• Over half of teenage girls and nearly one-third of teenage boys use unhealthy weight control behaviors such as skipping meals, fasting, smoking cigarettes, vomiting, and taking laxatives.

• 25% of college-aged women engage in bingeing and purging as a weight-management technique.

• About 10-15% of people with anorexia or bulimia are male. They are less likely than women to seek treatment.

• Anorexia is the third most common chronic illness among adolescents. It's mortality rate is 12 times higher than all other causes of death for females 15-24 years old.

• Only 5% of American females possess the "ideal" body type portrayed in advertising.

• 42% of girls in grades 1-3 want to be thinner.

• 81% of 10-year-olds are afraid of being fat.

▪ rapid, dramatic weight loss
▪ scabs on knuckles from forced vomiting
▪ soft, fine hair on face and body
▪ obsession with food and calories
▪ perception/fear of being overweight
▪ may cook elaborately but not eat
▪ cuts food into tiny pieces
▪ won’t eat around others
▪ hides or discards food
▪ uses laxatives, diet pills, ipecac syrup, or water pills
▪ runs to bathroom after eating (to expel food)
▪ exercises frequently and strenuously
▪ complains of being cold
▪ withdraws or becomes secretive
▪ wears baggy clothing
▪ swollen cheeks and/or joints
▪ abdominal distension

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  1. By A.P., age 18, from Fullerton, CA on 01/20/2015

    I really think my roommate is anorexic.  She is obsessed with being thin and barely eats.  She also takes laxatives and spends a great deal of time in the bathroom, and I suspect she is also purging.  When she’s nude, I can see that she looks dangerously thin.  While I’m very concerned about her, I don’t know what I can do.  She’s legally an adult and not a family member, so I’m not in a position to try to force her to get help.  I’m especially concerned since I also went through this with my sister and didn’t tell our mom until she was in really bad shape.  She also took laxatives every day and since we shared the bathroom, I could also see that it was causing her problems there when she was on the toilet. As Pennsylvania Mom says, clothes can cover the extent of the problem and did so with my sister (as it also does with my roommate), but since we shared a room and I saw her nude she couldn’t hide it from me, so I knew she had a serious problem long before our mom did.  I feel g;uilty that I didn’t say something sooner so that she could get help, so I want to get help for my roommate, but don’t know how to do so.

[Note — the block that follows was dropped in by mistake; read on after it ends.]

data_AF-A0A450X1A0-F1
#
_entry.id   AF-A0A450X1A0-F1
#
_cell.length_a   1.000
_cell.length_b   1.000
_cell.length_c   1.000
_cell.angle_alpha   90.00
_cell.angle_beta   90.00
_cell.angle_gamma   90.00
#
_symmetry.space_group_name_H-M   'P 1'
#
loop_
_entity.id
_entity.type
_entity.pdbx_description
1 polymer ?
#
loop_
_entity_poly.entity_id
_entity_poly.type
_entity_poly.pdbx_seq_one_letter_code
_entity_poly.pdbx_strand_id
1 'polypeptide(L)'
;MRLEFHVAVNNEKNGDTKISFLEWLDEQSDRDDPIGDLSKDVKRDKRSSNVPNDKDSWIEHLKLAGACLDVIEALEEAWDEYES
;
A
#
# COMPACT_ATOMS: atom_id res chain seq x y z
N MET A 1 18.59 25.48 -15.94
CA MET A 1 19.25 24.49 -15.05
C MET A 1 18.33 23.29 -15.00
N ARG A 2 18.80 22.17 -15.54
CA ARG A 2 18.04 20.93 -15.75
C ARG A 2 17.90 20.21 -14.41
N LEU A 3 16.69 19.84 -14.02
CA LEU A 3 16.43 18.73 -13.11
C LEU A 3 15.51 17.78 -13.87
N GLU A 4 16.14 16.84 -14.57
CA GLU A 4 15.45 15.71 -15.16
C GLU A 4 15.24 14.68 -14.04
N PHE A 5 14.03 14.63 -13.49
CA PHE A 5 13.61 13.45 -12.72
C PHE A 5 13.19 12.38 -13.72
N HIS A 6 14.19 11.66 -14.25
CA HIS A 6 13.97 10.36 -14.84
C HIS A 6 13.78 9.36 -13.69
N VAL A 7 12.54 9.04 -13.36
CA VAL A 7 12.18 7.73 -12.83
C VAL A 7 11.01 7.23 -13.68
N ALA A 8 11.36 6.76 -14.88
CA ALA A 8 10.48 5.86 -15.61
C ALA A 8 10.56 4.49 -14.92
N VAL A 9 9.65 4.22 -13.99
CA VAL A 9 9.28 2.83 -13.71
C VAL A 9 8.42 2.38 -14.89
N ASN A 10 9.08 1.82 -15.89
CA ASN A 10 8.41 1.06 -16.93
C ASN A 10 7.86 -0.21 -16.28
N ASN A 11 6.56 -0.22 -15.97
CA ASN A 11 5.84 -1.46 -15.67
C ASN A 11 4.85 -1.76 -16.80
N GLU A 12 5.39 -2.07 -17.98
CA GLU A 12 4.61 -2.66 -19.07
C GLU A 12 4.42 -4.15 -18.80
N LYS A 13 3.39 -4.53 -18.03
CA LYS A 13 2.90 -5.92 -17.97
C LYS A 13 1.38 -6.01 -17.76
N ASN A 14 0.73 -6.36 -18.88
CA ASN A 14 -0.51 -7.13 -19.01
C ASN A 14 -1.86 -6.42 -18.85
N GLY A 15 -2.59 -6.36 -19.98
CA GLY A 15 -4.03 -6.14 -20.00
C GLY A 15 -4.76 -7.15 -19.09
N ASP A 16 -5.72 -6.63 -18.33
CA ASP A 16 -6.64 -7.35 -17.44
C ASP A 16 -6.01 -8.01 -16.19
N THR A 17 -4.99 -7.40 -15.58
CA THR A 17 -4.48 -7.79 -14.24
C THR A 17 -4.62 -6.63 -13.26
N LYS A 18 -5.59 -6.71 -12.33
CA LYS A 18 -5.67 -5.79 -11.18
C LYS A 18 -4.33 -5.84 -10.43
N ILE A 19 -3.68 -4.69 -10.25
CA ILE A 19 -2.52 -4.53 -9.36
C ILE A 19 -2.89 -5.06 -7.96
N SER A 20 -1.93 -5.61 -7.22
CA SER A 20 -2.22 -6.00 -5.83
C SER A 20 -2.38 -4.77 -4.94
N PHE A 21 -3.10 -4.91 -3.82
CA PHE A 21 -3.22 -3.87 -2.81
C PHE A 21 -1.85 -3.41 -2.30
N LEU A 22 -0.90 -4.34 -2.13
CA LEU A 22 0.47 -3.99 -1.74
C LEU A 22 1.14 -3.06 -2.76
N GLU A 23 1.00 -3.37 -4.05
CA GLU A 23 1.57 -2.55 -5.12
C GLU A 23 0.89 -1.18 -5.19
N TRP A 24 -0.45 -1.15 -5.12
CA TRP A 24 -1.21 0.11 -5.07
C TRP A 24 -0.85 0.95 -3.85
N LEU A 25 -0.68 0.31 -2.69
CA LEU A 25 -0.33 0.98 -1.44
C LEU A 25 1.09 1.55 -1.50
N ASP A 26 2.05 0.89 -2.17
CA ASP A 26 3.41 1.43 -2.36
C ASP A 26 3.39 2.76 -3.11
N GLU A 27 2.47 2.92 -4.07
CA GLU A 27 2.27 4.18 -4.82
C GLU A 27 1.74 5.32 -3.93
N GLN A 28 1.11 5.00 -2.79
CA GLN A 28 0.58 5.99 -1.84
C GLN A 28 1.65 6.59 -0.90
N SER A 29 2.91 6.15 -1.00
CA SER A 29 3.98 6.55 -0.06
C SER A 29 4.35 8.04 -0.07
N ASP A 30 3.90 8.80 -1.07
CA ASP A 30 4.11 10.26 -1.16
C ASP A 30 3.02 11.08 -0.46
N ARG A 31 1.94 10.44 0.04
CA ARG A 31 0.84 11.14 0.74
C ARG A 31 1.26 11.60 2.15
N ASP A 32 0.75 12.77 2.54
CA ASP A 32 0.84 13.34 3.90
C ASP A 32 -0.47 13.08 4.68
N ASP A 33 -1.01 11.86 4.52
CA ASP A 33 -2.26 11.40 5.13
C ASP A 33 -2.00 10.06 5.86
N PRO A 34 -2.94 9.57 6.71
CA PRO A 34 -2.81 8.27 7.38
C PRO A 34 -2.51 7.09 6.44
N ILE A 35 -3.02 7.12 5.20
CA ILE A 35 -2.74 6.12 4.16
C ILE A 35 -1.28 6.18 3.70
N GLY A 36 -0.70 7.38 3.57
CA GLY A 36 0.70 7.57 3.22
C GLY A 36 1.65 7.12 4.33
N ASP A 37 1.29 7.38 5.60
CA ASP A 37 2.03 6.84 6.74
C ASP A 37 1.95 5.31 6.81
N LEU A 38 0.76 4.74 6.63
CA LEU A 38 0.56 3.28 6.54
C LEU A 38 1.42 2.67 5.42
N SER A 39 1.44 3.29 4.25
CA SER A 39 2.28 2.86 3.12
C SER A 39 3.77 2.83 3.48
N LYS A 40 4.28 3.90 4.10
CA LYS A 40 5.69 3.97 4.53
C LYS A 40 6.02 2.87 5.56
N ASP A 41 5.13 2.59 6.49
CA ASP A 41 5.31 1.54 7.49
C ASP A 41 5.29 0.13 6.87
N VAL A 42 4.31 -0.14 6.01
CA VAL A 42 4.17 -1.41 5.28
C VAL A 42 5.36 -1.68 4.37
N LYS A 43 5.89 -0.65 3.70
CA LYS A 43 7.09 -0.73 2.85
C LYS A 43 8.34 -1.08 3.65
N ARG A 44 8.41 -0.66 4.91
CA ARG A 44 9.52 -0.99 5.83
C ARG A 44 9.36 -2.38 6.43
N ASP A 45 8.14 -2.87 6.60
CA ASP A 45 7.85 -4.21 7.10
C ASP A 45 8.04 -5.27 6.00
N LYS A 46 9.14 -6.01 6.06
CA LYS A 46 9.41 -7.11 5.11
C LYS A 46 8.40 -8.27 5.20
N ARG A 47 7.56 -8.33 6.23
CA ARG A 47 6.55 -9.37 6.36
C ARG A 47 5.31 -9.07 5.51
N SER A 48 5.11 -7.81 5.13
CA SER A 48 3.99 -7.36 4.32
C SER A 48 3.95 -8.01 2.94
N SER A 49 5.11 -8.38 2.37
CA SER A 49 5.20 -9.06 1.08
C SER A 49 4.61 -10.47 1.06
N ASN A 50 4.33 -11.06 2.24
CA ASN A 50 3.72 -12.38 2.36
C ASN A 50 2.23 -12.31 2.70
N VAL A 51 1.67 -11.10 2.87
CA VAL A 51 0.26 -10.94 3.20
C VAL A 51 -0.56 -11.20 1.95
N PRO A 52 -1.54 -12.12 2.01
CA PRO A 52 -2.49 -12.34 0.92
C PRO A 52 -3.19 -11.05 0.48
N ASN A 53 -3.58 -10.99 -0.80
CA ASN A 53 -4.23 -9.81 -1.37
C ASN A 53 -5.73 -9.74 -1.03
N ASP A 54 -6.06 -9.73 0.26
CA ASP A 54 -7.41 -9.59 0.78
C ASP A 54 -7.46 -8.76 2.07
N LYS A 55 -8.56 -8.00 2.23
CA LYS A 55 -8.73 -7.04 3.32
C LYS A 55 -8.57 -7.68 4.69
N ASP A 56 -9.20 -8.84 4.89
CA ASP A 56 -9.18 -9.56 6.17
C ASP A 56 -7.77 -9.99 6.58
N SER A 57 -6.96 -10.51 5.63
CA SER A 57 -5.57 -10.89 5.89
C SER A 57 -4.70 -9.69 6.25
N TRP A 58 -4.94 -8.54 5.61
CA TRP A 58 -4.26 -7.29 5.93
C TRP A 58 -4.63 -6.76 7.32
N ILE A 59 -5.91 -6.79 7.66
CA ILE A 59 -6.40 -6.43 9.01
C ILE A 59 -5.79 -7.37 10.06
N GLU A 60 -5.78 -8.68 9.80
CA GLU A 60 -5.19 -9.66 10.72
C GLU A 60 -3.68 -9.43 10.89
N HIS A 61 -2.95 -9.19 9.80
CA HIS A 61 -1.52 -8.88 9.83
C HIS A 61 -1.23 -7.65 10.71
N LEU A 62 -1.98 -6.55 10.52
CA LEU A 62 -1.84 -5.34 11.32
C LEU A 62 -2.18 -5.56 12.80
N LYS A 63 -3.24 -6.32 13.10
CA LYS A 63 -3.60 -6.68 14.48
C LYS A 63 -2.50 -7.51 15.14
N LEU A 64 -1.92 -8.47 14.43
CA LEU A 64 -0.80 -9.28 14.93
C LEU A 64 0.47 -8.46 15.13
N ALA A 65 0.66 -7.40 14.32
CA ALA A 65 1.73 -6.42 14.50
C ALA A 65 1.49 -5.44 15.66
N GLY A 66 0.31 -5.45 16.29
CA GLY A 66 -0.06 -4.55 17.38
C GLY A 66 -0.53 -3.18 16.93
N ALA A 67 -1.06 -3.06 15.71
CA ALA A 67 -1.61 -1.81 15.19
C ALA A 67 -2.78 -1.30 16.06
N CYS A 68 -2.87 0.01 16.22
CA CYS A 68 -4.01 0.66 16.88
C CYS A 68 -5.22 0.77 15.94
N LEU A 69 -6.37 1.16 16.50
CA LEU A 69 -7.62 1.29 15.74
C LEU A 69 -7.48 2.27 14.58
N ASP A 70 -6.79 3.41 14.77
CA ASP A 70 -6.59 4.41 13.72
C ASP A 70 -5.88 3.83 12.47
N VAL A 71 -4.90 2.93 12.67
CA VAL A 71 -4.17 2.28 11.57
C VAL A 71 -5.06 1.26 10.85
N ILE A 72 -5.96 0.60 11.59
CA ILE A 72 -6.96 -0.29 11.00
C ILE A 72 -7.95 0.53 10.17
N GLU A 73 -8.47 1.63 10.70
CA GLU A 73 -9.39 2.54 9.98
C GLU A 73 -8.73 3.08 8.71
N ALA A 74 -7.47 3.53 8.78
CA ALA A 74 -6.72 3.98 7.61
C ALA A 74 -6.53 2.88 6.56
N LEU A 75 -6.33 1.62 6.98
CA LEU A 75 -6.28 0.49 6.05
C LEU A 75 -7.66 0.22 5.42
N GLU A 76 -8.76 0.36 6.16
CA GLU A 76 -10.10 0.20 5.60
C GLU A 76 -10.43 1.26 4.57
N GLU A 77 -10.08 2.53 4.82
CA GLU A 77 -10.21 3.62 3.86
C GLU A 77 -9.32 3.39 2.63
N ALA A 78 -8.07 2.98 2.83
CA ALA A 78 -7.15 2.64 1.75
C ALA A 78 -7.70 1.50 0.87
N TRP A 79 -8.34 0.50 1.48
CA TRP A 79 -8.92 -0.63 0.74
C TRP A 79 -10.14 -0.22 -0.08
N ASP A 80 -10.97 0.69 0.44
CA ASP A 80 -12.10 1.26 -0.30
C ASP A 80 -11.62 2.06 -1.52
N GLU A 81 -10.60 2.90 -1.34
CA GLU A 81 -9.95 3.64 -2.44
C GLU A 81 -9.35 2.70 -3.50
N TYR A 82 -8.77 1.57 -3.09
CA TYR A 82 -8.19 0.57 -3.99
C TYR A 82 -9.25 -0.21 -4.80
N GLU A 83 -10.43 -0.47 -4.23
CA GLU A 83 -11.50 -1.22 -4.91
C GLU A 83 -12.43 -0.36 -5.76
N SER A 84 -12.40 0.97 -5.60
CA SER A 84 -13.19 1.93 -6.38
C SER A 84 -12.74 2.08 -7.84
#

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    1. By Gina, age 16, from Carmichael, CA on 01/20/2015

      I have the same concerns about my younger sister who’s 14.  I’ve tried to tell our mom, but she doesn’t take it seriously.  My sister used to be very fat and got teased about it all the time, so now she’s obsessed about being thin.  Our mom says it’s a good thing that she’s finally losing weight and is no longer “eating like a pig.”  She thinks my sister looks “much better and healthier” now.  But she doesn’t see my sister naked like I do since we share a room and as sisters aren’t shy about our nudity in front of each other.  But my sister isn’t comfortable with our mom and doesn’t let her see her naked.  When she’s naked she’s literally “skin and bones” as I can actually see her ribs and other bones.  I told our mom that she needs to find a way to see her naked and suggested using a code phrase when she’s naked like I read about in Straight Talk.  But she says she doesn’t want to invade my sister’s privacy like that since she isn’t comfortable with being seen that way by her and says that I’m overreacting to her weight loss which she still believes is a good thing.  But if she could actually see, she would know that I am right.


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      1. By C.M., age 16, from Santa Rosa, CA on 01/25/2015

        Our mom shamed my sister into becoming anorexic.  She was overweight but nothing really that bad.  I was normal weight and our mom kept comparing her to me which caused her to resent me.  She would make her strip and weigh her every week and yell at her if she hadn’t lost weight which I thought was very cruel.  She said that since she was her mother there was nothing wrong with making her strip for her. She got my sister so paranoid that she became anorexic.  She also started purging and taking laxatives which I could see was really screwing up her digestive system since we have to share the bathroom in the morning even when we’re going to the bathroom.  I could see how bad her body was wasting away when she was nude in our room that we share and our mom obviously could see when she made her strip to weigh her, but she didn’t see a problem.  I agree that someone who is anorexic needs help, but what do you do if your mom is causing her to be this way?


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        1. By Ellen, age 15, from Anaheim, CA on 01/25/2015

          My stepmom does the same thing to my stepsister and I really feel sorry for her and like with C.M., what can I do when it’s her mom who is doing it?  I’m not sure if she’s anorexic yet, but she’s clearly headed that way.  I just share a room with her every other weekend on visitations, and she looks thinner every time when I see her nude body.  We’ve become close and she’s the closest I’ll ever have to a sister, so I really feel bad for her.  She’s also started taking laxatives and we sometimes share the bathroom, and I can tell that this is also causing problems with her bowel movement functions.